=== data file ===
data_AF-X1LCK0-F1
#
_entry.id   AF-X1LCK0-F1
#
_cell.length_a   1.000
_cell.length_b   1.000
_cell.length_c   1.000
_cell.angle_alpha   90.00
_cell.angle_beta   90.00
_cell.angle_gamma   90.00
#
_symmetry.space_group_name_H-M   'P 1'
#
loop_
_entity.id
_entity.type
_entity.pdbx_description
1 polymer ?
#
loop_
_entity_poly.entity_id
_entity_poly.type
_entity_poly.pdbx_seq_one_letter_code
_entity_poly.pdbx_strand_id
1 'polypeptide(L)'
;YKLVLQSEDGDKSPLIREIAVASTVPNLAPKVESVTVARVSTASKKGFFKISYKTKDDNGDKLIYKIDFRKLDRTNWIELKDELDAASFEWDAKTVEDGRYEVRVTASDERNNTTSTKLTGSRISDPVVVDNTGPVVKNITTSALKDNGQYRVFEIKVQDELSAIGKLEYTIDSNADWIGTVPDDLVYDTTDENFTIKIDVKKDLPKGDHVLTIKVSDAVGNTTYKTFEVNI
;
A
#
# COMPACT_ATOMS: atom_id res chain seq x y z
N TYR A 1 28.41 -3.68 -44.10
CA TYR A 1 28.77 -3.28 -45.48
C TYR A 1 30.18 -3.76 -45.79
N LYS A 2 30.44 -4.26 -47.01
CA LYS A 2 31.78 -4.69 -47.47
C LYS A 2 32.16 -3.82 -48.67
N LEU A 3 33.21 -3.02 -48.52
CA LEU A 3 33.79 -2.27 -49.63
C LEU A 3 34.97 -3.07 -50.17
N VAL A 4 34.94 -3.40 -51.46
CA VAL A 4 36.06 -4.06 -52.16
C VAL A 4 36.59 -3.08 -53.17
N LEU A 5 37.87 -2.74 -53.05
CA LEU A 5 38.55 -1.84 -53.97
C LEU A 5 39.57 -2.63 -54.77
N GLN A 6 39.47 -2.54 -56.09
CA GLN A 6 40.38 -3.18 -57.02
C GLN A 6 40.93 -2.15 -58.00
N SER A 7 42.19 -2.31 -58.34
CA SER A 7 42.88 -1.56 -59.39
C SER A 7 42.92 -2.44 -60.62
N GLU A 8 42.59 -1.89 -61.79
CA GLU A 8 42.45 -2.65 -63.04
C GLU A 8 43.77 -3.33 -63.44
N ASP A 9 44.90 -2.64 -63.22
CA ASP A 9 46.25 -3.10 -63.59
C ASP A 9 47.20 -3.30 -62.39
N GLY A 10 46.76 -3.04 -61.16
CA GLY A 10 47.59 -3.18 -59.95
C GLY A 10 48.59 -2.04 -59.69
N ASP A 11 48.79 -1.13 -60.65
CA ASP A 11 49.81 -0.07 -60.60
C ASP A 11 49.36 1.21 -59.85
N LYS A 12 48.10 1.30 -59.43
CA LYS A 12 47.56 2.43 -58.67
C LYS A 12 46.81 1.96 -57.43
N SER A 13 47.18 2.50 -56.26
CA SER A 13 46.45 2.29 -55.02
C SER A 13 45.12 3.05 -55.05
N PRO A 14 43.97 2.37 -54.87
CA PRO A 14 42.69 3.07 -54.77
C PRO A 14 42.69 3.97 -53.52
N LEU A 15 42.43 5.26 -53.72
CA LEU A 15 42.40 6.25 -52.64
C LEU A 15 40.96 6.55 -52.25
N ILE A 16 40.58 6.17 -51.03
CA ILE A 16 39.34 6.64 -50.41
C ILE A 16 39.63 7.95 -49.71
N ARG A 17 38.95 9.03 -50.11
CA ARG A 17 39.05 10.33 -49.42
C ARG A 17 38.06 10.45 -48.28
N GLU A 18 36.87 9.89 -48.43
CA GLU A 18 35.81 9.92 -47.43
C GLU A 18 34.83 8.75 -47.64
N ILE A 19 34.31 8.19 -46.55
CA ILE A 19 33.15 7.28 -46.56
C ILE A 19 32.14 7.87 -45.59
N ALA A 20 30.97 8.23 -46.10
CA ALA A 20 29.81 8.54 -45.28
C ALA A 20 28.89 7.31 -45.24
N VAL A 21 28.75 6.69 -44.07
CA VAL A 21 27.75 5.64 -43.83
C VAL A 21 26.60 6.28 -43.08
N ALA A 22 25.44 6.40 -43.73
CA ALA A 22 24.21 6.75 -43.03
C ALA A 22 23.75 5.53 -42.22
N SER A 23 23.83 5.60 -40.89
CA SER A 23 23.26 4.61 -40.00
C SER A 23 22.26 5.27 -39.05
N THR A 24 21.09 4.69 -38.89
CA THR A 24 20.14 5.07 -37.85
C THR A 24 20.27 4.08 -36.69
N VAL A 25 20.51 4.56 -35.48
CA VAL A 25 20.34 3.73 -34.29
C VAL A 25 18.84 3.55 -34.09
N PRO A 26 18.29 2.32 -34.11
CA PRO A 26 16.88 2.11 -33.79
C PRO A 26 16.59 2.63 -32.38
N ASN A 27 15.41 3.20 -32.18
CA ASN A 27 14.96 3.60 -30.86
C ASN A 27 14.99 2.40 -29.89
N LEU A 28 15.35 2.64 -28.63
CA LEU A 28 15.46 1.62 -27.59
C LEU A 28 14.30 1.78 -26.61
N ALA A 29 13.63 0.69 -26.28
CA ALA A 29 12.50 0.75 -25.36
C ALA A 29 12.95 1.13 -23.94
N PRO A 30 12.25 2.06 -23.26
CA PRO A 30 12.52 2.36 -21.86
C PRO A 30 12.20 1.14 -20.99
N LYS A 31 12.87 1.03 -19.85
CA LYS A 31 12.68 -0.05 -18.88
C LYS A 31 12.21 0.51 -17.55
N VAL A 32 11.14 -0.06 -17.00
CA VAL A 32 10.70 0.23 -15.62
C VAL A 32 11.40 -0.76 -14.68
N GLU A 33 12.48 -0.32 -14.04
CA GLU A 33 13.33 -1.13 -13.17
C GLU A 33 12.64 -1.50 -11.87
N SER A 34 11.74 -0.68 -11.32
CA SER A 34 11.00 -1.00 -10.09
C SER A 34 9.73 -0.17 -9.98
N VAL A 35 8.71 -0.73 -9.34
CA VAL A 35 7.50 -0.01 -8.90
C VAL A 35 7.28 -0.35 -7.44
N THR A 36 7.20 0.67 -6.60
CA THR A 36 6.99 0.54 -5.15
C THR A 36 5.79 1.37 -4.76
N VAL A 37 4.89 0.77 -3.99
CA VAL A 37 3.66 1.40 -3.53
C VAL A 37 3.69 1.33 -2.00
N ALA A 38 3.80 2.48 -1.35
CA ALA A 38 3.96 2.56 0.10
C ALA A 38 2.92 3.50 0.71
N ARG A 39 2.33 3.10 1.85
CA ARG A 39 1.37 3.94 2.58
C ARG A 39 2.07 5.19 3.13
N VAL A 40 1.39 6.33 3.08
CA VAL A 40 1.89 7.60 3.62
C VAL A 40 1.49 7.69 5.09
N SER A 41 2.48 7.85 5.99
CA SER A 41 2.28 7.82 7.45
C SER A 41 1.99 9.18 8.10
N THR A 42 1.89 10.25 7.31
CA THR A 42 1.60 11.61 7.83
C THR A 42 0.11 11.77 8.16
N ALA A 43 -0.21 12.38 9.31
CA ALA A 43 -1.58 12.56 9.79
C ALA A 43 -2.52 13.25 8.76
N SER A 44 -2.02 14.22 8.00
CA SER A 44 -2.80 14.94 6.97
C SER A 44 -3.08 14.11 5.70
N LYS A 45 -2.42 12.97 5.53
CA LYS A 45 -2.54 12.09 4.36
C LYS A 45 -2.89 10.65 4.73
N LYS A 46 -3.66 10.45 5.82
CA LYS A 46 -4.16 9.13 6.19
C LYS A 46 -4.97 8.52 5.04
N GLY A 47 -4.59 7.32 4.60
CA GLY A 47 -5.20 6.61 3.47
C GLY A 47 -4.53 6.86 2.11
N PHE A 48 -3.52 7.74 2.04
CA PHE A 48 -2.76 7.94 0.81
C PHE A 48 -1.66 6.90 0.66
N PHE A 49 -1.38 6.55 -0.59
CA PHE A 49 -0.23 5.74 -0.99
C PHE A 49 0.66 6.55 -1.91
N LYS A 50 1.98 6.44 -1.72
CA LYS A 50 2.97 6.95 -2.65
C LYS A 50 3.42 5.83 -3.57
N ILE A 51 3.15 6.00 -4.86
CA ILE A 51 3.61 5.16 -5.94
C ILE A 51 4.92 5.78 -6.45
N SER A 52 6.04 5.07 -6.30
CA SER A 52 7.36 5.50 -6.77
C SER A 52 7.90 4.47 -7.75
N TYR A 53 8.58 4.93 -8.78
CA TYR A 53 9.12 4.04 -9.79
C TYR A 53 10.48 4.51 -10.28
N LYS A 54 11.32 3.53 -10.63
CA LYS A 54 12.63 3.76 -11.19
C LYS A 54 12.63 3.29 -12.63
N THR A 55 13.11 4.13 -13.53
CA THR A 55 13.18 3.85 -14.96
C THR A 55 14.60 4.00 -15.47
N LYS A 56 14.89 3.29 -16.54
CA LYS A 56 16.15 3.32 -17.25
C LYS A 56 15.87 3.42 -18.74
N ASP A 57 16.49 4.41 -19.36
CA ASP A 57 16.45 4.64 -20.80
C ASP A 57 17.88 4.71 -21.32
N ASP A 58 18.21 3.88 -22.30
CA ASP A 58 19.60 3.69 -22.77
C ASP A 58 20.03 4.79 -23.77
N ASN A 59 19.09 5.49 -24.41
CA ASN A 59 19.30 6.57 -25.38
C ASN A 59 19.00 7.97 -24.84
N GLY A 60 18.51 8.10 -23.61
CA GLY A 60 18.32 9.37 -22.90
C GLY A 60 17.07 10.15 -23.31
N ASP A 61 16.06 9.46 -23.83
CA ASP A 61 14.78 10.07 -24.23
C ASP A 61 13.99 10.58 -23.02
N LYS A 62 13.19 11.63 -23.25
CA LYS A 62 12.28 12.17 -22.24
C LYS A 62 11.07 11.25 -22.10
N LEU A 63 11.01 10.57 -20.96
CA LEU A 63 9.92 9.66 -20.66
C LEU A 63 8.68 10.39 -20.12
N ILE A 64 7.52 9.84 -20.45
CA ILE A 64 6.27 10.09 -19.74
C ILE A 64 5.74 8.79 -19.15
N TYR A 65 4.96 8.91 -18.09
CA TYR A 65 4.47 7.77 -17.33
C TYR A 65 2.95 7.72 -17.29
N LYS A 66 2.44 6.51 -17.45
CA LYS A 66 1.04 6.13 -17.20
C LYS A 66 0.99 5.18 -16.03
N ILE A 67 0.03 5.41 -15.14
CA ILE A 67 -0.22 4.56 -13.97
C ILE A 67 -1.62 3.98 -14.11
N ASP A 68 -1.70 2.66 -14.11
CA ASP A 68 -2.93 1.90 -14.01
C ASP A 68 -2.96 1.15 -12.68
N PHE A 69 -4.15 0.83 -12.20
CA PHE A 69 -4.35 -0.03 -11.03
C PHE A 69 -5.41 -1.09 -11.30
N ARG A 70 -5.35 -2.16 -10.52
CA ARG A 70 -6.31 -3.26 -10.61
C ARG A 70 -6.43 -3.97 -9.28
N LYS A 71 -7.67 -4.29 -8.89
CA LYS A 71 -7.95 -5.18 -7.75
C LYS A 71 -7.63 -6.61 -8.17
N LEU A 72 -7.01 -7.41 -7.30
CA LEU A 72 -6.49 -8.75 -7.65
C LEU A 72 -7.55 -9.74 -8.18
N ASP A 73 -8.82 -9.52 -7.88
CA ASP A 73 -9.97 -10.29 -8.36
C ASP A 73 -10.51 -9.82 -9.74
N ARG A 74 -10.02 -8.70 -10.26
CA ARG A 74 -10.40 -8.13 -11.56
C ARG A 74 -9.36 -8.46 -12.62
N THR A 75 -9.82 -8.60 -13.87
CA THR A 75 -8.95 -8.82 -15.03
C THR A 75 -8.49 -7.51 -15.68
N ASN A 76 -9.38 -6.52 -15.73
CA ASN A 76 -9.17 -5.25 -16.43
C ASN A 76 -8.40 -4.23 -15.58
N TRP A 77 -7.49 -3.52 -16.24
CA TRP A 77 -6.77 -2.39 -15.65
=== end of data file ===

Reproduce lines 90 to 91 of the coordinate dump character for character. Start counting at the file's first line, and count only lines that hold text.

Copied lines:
C ALA A 20 28.89 7.31 -45.24
N VAL A 21 28.75 6.69 -44.07